"I am pleased at the progress we are making on resolving this issue. While the omitted price thresholds did not occur during this Administration, we are continuing to work to resolve this difficult problem in a manner that ensures the American taxpayer receives a fair rate of return," said Allred.
"While these agreements we signed today are a step in the right direction, we look forward to continuing to work with Congress on this issue," Allred said. "We appreciate and commend these companies for voluntarily signing these lease amendments. We encourage the remaining companies that have not yet agreed to sign to join us in resolving this issue."
Deepwater leases issued during this time included a royalty incentive to encourage companies to explore for oil and gas in areas where the costs to explore and produce were high. The incentive allowed companies to produce a set volume of oil and gas before they would begin paying royalties. The incentive would not apply if market prices exceeded a certain threshold. However, for leases issued during the Clinton administration in 1998 and 1999, a price threshold was omitted and, as a result, companies have not been required to pay royalties until all of the incentive volume was produced, even when prices are high. Today's agreement will remedy this omission for production that occurs on or after October 1, 2006. Few leases produced oil and gas before that date.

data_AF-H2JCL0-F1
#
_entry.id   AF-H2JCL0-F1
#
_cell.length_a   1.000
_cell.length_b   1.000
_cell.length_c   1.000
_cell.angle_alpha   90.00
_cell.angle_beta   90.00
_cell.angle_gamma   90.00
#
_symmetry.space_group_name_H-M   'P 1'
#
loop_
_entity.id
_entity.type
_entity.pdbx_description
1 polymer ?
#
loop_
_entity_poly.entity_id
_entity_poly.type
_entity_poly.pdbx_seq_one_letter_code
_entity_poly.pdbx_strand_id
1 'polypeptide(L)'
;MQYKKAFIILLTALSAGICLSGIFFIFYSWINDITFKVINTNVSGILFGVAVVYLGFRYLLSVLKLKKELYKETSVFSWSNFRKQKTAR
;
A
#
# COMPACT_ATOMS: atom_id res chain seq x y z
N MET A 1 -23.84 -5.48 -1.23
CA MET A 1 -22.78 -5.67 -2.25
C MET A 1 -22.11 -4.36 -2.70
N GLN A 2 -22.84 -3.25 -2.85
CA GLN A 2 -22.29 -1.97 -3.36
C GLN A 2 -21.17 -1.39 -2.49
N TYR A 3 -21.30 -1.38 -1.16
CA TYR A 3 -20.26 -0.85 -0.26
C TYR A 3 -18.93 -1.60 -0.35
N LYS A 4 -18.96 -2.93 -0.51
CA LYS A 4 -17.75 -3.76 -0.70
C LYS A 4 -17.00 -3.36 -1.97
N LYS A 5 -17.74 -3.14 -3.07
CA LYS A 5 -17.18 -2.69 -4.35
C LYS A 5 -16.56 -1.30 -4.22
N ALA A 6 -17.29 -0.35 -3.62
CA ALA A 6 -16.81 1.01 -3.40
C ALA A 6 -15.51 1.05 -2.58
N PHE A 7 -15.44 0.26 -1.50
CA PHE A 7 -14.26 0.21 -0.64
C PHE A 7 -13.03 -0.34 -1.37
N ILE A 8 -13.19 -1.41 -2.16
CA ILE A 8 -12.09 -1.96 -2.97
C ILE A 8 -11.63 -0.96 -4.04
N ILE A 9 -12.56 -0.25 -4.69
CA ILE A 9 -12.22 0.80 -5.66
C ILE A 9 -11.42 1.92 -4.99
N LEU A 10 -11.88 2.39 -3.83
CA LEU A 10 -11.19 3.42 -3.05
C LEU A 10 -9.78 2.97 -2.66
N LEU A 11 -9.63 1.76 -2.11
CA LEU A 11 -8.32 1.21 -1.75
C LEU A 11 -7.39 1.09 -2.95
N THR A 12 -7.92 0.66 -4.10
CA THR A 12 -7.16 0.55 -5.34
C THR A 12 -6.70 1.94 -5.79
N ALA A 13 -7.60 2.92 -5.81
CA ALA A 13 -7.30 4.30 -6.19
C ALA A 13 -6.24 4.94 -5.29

Since the first lease offering of federal offshore tracts in 1954, MMS has entered into 25,532 leases with oil and gas companies. These leases, which cover more than 133 million acres, have netted a total of $65.5 billion in bonus bids. In 2005 alone, MMS entered into 872 leases resulting in bonus bids totaling $678,637,123. MMS collects $10 billion each year in revenues for the federal treasury.
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